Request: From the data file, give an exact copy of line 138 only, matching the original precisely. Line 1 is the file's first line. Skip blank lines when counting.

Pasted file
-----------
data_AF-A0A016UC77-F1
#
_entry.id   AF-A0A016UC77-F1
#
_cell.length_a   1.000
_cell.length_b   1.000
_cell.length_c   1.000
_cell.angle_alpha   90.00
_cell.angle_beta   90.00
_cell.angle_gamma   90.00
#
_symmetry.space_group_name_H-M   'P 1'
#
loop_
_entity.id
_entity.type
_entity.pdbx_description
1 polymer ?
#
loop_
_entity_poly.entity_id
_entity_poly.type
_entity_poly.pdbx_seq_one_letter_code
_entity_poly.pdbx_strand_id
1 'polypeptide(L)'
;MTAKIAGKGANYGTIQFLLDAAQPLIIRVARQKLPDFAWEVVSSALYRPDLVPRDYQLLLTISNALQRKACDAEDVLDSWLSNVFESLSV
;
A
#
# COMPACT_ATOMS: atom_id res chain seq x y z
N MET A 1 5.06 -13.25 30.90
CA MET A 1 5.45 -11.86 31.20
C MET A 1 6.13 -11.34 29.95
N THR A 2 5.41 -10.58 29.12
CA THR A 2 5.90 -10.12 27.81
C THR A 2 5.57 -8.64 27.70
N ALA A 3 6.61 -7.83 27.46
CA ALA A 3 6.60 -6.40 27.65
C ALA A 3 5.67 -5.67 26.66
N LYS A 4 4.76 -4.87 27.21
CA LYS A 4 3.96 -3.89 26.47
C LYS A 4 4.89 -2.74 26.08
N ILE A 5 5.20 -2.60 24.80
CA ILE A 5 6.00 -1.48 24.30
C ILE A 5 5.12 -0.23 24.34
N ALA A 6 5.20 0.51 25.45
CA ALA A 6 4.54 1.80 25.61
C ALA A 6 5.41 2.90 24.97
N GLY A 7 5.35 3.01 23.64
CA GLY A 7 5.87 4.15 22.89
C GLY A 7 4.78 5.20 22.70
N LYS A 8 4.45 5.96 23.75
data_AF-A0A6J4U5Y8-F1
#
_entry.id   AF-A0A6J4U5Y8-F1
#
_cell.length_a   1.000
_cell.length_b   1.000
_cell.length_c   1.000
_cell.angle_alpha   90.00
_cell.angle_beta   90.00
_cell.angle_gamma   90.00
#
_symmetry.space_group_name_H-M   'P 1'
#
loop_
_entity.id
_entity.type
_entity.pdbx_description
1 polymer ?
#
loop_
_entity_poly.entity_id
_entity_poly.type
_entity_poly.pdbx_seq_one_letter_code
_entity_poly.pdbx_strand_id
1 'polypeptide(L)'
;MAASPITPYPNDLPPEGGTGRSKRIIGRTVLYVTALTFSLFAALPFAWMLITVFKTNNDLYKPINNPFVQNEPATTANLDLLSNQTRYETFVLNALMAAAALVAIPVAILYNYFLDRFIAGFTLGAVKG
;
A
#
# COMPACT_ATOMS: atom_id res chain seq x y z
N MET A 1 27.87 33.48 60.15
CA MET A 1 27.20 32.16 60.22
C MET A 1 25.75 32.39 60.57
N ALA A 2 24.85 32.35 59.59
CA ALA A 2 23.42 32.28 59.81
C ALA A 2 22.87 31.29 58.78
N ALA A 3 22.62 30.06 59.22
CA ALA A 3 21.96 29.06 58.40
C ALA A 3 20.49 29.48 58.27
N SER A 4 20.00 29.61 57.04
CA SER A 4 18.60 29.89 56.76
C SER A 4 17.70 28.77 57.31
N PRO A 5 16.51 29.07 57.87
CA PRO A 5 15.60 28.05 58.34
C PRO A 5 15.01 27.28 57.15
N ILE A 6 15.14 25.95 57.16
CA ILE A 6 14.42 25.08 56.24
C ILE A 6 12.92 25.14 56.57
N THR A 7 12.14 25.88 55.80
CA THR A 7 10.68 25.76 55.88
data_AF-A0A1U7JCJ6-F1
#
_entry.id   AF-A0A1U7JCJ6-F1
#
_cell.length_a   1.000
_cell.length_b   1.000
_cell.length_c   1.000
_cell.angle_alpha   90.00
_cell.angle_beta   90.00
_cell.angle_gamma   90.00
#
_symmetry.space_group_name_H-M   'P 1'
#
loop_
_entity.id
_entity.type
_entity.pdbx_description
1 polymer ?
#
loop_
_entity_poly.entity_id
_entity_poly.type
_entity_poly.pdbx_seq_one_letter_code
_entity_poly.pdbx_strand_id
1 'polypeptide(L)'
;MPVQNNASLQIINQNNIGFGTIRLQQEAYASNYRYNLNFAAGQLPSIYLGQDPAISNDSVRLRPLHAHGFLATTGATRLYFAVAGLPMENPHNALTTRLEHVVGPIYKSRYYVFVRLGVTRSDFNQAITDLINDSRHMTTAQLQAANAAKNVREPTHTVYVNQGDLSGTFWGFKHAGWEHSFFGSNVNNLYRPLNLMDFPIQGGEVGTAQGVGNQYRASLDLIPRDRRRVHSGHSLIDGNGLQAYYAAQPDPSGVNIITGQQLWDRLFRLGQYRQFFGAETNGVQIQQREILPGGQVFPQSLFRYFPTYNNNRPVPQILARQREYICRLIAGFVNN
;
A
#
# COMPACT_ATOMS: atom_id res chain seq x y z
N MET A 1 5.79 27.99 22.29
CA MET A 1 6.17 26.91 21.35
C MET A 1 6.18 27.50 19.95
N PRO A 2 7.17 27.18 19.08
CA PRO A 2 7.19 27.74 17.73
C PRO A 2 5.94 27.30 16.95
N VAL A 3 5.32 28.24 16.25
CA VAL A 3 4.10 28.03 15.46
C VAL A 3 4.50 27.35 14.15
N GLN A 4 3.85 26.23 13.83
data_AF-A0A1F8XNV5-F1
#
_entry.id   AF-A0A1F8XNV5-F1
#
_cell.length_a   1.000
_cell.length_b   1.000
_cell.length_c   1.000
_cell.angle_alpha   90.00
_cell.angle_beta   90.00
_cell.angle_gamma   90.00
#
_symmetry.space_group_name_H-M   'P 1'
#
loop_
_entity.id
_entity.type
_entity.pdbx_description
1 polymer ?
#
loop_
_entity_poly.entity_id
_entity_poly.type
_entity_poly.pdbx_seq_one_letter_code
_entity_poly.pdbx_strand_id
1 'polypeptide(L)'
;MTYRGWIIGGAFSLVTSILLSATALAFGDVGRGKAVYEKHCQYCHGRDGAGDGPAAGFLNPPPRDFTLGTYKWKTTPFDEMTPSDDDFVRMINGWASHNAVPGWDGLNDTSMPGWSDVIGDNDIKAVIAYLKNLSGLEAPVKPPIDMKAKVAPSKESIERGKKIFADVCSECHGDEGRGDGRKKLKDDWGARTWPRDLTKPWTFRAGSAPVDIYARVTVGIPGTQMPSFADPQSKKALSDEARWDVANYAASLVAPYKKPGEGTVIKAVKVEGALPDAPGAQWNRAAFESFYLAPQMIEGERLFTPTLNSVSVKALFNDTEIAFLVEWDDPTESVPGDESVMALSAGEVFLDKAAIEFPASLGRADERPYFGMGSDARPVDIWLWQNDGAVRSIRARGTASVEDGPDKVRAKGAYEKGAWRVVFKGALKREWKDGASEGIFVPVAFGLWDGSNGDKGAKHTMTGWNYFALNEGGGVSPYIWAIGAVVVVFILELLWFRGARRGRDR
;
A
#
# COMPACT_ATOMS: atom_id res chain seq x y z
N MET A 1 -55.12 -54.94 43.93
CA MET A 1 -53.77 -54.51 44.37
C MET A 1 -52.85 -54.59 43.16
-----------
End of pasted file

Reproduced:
C PRO A 2 5.94 27.30 16.95